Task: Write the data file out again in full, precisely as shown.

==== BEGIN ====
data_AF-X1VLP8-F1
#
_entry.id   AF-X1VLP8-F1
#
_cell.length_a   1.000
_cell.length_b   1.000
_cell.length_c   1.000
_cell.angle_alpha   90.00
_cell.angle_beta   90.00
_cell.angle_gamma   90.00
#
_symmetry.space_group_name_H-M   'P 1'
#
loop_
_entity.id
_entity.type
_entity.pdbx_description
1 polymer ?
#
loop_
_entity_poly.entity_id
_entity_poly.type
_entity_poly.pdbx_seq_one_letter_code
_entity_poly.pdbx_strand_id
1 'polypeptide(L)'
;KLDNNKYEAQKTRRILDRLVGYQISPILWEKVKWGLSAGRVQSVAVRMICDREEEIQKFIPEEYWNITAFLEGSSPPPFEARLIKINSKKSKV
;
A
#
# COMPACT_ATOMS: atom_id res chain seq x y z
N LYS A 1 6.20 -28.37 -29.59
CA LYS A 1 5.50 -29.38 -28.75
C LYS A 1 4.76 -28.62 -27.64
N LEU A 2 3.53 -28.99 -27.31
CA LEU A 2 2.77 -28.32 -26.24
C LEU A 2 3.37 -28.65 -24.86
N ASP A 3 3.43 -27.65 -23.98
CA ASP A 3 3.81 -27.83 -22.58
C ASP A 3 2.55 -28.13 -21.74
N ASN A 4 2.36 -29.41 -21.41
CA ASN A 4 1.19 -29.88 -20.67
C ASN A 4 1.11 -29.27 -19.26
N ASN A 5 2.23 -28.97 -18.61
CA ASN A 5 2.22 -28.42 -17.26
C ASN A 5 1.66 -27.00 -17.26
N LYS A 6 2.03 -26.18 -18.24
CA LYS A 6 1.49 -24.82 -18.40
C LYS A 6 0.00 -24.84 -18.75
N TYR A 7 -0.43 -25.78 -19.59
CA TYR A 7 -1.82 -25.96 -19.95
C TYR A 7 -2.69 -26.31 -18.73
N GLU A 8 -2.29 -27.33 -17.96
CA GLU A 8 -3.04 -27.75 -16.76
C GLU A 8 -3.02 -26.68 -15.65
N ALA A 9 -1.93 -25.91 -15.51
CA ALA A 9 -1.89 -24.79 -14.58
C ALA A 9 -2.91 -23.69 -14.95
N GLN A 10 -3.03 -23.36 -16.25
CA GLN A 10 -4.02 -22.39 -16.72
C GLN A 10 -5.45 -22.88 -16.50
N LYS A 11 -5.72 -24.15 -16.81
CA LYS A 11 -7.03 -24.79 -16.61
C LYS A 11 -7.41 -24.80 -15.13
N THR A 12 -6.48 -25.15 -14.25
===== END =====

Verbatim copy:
data_AF-X1VLP8-F1
#
_entry.id   AF-X1VLP8-F1
#
_cell.length_a   1.000
_cell.length_b   1.000
_cell.length_c   1.000
_cell.angle_alpha   90.00
_cell.angle_beta   90.00
_cell.angle_gamma   90.00
#
_symmetry.space_group_name_H-M   'P 1'
#
loop_
_entity.id
_entity.type
_entity.pdbx_description
1 polymer ?
#
loop_
_entity_poly.entity_id
_entity_poly.type
_entity_poly.pdbx_seq_one_letter_code
_entity_poly.pdbx_strand_id
1 'polypeptide(L)'
;KLDNNKYEAQKTRRILDRLVGYQISPILWEKVKWGLSAGRVQSVAVRMICDREEEIQKFIPEEYWNITAFLEGSSPPPFEARLIKINSKKSKV
;
A
#
# COMPACT_ATOMS: atom_id res chain seq x y z
N LYS A 1 6.20 -28.37 -29.59
CA LYS A 1 5.50 -29.38 -28.75
C LYS A 1 4.76 -28.62 -27.64
N LEU A 2 3.53 -28.99 -27.31
CA LEU A 2 2.77 -28.32 -26.24
C LEU A 2 3.37 -28.65 -24.86
N ASP A 3 3.43 -27.65 -23.98
CA ASP A 3 3.81 -27.83 -22.58
C ASP A 3 2.55 -28.13 -21.74
N ASN A 4 2.36 -29.41 -21.41
CA ASN A 4 1.19 -29.88 -20.67
C ASN A 4 1.11 -29.27 -19.26
N ASN A 5 2.23 -28.97 -18.61
CA ASN A 5 2.22 -28.42 -17.26
C ASN A 5 1.66 -27.00 -17.26
N LYS A 6 2.03 -26.18 -18.24
CA LYS A 6 1.49 -24.82 -18.40
C LYS A 6 0.00 -24.84 -18.75
N TYR A 7 -0.43 -25.78 -19.59
CA TYR A 7 -1.82 -25.96 -19.95
C TYR A 7 -2.69 -26.31 -18.73
N GLU A 8 -2.29 -27.33 -17.96
CA GLU A 8 -3.04 -27.75 -16.76
C GLU A 8 -3.02 -26.68 -15.65
N ALA A 9 -1.93 -25.91 -15.51
CA ALA A 9 -1.89 -24.79 -14.58
C ALA A 9 -2.91 -23.69 -14.95
N GLN A 10 -3.03 -23.36 -16.25
CA GLN A 10 -4.02 -22.39 -16.72
C GLN A 10 -5.45 -22.88 -16.50
N LYS A 11 -5.72 -24.15 -16.81
CA LYS A 11 -7.03 -24.79 -16.61
C LYS A 11 -7.41 -24.80 -15.13
N THR A 12 -6.48 -25.15 -14.25